Without further ado then, here's the first post in "What Did She Mean By That?", starting with:
{{< tweet 1007782945887805440 >}}
Several of the responses I got to this had to do with either the the treacherous nature of reactionary ideologies, or concerns that this is the sort of shit someone would start to say before going full right-wing. Much as I hate the Left, I have no interest in aligning myself with people who would want me dead if I can't fulfill my only possible value for sexually-repressed fashy men as some trap sex toy. So I'm of course going to only take the first issue seriously.[^2]
The idea that reactionaries will often conceal their true motives and pretend to be your comrades already gets at why I titled this post what I did, because my tweet was really motivated by several years of consistent grievances with the Left and non-left anarchists. Ever since I first started to take anarchism and communism seriously, and not just as an edgy image for myself, I've had very few good experiences with other anarchists, communists, etc. I've also met most of the people I consider friends through our shared politics or political backgrounds/interests, but whenever I think about these sorts of questions, I always return to a post from one of my favorite anarchists, Aragorn!, who wrote in 2015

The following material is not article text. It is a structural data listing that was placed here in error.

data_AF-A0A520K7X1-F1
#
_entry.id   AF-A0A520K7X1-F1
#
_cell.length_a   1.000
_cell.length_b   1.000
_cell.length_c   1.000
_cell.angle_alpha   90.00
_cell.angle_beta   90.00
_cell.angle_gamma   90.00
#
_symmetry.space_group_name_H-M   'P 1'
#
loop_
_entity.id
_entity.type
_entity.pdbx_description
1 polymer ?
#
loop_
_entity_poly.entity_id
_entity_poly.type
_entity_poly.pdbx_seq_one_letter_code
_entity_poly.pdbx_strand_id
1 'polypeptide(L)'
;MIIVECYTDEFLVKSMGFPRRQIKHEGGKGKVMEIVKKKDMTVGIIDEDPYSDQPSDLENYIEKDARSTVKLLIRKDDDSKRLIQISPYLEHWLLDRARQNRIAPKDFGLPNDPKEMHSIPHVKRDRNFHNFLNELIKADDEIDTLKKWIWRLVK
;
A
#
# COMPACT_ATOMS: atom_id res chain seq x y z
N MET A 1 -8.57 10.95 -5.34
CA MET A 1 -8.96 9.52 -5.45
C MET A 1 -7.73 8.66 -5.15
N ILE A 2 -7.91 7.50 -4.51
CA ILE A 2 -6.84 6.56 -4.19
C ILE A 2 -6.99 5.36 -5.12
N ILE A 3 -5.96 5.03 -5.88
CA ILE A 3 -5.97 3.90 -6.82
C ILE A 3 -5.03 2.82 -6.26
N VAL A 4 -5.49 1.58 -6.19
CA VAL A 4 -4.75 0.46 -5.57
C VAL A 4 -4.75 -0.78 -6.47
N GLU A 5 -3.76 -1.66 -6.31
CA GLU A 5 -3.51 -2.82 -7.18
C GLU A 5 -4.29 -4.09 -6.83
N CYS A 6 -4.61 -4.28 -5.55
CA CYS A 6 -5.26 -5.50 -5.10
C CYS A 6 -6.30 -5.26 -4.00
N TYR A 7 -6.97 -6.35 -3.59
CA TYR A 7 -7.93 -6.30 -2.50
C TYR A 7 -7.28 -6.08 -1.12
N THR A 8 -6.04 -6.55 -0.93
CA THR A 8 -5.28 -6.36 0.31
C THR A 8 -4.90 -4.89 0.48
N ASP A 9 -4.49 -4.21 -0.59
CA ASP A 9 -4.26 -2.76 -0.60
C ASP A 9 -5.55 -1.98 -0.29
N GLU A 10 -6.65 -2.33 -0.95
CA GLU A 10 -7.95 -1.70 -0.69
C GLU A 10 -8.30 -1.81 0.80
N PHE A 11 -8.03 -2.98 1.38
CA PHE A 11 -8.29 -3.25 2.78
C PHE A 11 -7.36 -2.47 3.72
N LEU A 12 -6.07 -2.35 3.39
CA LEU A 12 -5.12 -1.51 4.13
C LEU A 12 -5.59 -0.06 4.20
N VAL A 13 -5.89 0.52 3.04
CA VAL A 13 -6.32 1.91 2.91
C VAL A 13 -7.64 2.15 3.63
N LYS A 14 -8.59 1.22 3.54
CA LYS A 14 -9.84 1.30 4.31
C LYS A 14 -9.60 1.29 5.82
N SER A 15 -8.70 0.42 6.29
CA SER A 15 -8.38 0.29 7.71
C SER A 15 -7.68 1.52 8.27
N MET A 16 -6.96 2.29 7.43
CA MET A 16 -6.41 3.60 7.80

> "There seems to be a general confusion about the difference between friendship and comrades(hip)...In my few friendships is a feeling, a shared chemistry...Comrades, on the other hand, are a bit easier to find, even today."
The last line, in particular, speaks to me, though not in the sense that I think Aragorn! was using it here. Much as I appreciate people like Aragorn who manage to make a lot of really cool and useful projects happen in the anarchist community,[^3] while managing to not be assholes, I think that the effects of the internet on radical communities is something that we wouldn't yet see the results of around the time when he wrote that blog post. But even so, this isn't even limited to anarchists and leftists on the internet.